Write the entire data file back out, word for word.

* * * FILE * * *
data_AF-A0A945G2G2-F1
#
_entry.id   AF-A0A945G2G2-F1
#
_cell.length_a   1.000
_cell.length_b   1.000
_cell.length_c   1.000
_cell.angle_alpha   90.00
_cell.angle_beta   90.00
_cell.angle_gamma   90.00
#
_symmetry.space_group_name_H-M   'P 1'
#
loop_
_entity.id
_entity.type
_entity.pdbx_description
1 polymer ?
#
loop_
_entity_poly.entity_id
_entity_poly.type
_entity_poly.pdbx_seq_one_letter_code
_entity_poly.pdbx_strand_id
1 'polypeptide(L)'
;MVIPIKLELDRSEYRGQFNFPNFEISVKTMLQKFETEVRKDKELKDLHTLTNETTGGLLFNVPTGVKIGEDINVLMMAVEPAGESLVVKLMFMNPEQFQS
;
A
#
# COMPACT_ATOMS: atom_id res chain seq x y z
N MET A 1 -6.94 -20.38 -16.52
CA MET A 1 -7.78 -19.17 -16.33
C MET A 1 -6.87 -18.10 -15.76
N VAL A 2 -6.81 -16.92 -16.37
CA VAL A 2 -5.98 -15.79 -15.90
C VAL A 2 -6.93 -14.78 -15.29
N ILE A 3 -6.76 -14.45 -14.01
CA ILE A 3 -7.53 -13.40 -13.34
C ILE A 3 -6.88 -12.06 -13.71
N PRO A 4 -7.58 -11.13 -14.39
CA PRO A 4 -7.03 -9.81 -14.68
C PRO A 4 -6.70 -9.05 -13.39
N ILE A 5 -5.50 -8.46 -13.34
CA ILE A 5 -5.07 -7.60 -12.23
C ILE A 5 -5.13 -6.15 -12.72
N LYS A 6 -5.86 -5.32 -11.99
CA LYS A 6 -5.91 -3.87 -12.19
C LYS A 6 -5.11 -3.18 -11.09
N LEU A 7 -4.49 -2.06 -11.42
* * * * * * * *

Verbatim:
data_AF-A0A945G2G2-F1
#
_entry.id   AF-A0A945G2G2-F1
#
_cell.length_a   1.000
_cell.length_b   1.000
_cell.length_c   1.000
_cell.angle_alpha   90.00
_cell.angle_beta   90.00
_cell.angle_gamma   90.00
#
_symmetry.space_group_name_H-M   'P 1'
#
loop_
_entity.id
_entity.type
_entity.pdbx_description
1 polymer ?
#
loop_
_entity_poly.entity_id
_entity_poly.type
_entity_poly.pdbx_seq_one_letter_code
_entity_poly.pdbx_strand_id
1 'polypeptide(L)'
;MVIPIKLELDRSEYRGQFNFPNFEISVKTMLQKFETEVRKDKELKDLHTLTNETTGGLLFNVPTGVKIGEDINVLMMAVEPAGESLVVKLMFMNPEQFQS
;
A
#
# COMPACT_ATOMS: atom_id res chain seq x y z
N MET A 1 -6.94 -20.38 -16.52
CA MET A 1 -7.78 -19.17 -16.33
C MET A 1 -6.87 -18.10 -15.76
N VAL A 2 -6.81 -16.92 -16.37
CA VAL A 2 -5.98 -15.79 -15.90
C VAL A 2 -6.93 -14.78 -15.29
N ILE A 3 -6.76 -14.45 -14.01
CA ILE A 3 -7.53 -13.40 -13.34
C ILE A 3 -6.88 -12.06 -13.71
N PRO A 4 -7.58 -11.13 -14.39
CA PRO A 4 -7.03 -9.81 -14.68
C PRO A 4 -6.70 -9.05 -13.39
N ILE A 5 -5.50 -8.46 -13.34
CA ILE A 5 -5.07 -7.60 -12.23
C ILE A 5 -5.13 -6.15 -12.72
N LYS A 6 -5.86 -5.32 -11.99
CA LYS A 6 -5.91 -3.87 -12.19
C LYS A 6 -5.11 -3.18 -11.09
N LEU A 7 -4.49 -2.06 -11.42